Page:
The Saskatchewan Environmental Society works with each classroom to conduct environmental audits, which have been developed for each of the 6 program areas (waste, water, energy, food, biodiversity, and transportation). This allows classrooms to measure the impacts of their actions on factors such as energy consumption, water use, fuel use, the waste stream, and greenhouse gas emissions:

The audit process has been an effective way of engaging students in “real-world” solutions and experiential learning. Some of the action projects that have contributed to positive environmental outcomes include:

Celebration is key. The student showcase allows everyone to come together and celebrate their accomplishments. Students are excited to share the results of their work, while attendees are inspired by what’s possible in our communities.

  • Developing a bike generator to charge cell phones;

  • Setting up vermi compost and recycling systems;

  • Reducing idling in front of their schools by talking to drivers and putting up Idle Free Zone signage;

  • Growing vegetables and micro-greens in their classrooms;

  • Creating an Indigenous Healing garden in their school yard;

  • Building solar ovens;

  • Installing LED lights;

  • Doing home water and energy audits and conserving water and energy at home; and

  • Holding school wide lights-out competitions.

So far, the program has reached 43% of the elementary schools within the Saskatoon Public School Division, and 38% of the elementary schools within the Greater Saskatoon Catholic School’s jurisdiction.

At a time when measurement is becoming increasingly sought after by our educational, political, and corporate institutions, building some level of quantitative and qualitative analysis into our educational programming can help attract funding, gain and maintain support, and showcase the benefits of our work. It has also been used in the SASF program to help students and teachers understand that the actions they and others take (or do not take) can have a very real impact on the environment.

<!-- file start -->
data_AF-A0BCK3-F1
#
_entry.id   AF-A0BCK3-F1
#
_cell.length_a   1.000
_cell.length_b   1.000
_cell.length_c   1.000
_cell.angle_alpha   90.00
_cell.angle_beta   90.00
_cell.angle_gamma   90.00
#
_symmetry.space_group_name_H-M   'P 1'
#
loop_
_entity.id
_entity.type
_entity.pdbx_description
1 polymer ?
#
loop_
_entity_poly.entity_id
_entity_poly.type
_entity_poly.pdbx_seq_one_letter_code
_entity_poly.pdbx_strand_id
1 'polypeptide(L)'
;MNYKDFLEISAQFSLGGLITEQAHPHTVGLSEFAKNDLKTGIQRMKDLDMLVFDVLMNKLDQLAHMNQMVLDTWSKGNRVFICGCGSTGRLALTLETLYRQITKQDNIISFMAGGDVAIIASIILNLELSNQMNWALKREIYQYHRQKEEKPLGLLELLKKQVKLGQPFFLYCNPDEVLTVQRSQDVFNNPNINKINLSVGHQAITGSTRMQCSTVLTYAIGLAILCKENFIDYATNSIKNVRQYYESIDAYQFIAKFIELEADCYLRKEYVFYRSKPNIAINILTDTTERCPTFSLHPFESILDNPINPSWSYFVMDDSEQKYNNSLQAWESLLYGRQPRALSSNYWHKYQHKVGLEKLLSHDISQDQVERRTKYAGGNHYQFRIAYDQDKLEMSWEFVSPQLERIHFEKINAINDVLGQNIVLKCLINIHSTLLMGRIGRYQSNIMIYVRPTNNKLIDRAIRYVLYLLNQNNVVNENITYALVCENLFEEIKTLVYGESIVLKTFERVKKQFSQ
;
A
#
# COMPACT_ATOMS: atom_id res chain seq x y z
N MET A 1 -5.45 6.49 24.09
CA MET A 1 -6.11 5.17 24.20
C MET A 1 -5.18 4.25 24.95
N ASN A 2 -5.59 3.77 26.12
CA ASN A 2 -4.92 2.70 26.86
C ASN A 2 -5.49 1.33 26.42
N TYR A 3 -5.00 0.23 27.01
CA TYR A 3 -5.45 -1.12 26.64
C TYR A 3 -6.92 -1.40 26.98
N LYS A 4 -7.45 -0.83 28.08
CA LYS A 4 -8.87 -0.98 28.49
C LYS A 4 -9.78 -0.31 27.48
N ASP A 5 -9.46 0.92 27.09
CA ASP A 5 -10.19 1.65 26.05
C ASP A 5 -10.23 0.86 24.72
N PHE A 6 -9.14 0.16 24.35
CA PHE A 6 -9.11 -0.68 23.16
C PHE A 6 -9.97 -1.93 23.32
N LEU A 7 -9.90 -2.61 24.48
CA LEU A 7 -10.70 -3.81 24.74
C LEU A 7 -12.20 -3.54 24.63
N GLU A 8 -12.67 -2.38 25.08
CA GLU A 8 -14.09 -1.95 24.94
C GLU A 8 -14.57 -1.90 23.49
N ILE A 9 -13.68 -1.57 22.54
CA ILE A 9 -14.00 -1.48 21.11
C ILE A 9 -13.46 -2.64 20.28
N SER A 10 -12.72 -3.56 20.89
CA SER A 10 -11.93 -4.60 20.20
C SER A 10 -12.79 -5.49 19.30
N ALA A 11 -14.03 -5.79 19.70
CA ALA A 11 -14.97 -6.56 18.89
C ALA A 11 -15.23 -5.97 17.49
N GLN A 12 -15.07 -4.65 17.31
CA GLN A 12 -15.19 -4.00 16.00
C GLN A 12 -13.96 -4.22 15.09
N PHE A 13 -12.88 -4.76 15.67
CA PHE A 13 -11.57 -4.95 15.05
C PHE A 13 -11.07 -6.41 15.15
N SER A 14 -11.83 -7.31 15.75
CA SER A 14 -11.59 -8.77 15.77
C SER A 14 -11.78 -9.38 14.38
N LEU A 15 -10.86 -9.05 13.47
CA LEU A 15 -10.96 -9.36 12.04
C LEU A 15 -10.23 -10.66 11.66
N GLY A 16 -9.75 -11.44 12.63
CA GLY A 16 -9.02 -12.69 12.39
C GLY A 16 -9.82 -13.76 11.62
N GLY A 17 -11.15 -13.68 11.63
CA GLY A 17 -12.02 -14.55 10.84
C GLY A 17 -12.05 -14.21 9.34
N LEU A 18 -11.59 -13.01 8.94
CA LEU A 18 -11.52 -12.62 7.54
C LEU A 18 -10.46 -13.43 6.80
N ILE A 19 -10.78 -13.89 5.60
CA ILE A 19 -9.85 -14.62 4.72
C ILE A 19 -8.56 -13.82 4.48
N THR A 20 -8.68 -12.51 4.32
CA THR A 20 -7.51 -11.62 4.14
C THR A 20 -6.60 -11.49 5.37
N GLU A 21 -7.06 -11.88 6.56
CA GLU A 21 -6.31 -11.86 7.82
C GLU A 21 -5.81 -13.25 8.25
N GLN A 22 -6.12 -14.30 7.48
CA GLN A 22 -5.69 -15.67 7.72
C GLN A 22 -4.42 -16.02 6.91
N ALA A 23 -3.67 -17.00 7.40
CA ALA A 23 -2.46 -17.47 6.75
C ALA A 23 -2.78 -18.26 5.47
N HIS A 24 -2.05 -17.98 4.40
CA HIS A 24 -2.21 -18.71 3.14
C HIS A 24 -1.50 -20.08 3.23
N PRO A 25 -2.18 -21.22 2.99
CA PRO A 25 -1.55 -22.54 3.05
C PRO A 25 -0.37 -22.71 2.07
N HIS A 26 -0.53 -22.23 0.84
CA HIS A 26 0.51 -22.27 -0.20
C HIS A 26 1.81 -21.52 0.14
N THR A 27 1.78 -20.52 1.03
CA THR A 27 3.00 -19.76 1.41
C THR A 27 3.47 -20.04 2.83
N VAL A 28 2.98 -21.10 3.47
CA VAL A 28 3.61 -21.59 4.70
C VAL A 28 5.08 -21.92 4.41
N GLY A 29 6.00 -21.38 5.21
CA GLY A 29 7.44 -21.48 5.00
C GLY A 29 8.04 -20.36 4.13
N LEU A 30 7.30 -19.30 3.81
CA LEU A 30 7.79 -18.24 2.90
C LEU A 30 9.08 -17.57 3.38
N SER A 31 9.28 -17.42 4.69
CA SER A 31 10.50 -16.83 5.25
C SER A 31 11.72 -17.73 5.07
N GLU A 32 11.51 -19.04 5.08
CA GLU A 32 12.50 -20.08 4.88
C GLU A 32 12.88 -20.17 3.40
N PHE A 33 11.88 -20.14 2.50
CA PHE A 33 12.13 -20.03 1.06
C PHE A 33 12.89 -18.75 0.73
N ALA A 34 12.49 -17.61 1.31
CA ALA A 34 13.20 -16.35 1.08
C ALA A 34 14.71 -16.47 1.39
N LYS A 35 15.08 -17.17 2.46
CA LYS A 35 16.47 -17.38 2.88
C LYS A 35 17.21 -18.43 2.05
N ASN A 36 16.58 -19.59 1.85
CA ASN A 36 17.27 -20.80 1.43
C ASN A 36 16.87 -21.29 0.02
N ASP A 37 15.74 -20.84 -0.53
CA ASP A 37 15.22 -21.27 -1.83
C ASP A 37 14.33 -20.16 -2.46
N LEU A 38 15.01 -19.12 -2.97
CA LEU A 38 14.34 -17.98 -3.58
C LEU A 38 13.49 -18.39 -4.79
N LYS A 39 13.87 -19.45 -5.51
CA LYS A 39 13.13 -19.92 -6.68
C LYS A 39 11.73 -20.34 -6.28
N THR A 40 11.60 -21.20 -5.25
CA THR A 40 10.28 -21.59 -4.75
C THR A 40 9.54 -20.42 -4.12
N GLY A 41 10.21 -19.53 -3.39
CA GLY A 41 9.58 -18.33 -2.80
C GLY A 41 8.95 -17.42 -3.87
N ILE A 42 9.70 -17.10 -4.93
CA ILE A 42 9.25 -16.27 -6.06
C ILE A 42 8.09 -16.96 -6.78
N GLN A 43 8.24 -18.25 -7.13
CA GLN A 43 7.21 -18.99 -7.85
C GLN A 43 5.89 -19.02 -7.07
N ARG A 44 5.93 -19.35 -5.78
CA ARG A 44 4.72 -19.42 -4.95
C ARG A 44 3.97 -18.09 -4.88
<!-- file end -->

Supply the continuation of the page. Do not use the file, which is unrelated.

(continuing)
Students and teachers have a voice that can influence the direction of our communities. As they discuss their ideas and knowledge with other people and model sustainable behaviours in their day-today lives, they are leading to a shift in their classrooms, homes, schools, and communities.

However, the value of the SASF program cannot simply be expressed through measurement. As prominent environmental educator, Arjen Wals, notes, “What you can’t measure, still exists.” There are numerous outcomes, benefits, and successes of the SASF program that are not measurable or that the partners feel would not benefit from being assessed in such a manner. It’s the compelling stories, new relationships, meaningful experiences, and improved confidence to participate in sustainable solutions that will leave a lasting legacy, build people’s capacity for future action, and contribute to the cultural shift that is necessary in our communities to address sustainability in a holistic manner.

Over time, it is hoped that more programs like this are developed and delivered until, eventually, they are seen as “business-as-usual.” If we are serious about sustainability, we cannot simply focus on producing immediate results. We must be looking at how to build capacity for future action and engagement. We hope that this program influences long-term thinking, actions, and values that contribute (and continue to contribute) to a more sustainable way of living.